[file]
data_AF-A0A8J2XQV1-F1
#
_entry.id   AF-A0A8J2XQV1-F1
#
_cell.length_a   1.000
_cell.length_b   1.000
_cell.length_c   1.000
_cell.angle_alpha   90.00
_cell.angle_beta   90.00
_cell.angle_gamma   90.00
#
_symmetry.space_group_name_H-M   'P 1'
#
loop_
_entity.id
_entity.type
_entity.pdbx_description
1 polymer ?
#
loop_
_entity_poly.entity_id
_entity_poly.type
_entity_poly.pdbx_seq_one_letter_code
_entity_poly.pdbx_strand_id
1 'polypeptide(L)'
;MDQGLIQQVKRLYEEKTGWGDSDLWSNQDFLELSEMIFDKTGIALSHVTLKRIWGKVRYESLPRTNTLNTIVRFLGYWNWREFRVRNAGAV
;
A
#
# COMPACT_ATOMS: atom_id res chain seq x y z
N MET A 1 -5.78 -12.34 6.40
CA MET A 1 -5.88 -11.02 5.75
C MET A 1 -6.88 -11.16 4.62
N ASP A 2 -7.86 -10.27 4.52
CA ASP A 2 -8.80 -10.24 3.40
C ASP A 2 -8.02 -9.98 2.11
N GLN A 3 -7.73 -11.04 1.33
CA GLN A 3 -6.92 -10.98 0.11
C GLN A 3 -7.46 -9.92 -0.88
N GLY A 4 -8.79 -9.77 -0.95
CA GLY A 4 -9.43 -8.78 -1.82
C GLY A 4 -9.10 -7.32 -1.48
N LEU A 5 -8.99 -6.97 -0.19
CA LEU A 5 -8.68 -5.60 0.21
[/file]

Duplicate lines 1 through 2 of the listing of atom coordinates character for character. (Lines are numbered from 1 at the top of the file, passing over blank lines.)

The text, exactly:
data_AF-A0A8J2XQV1-F1
#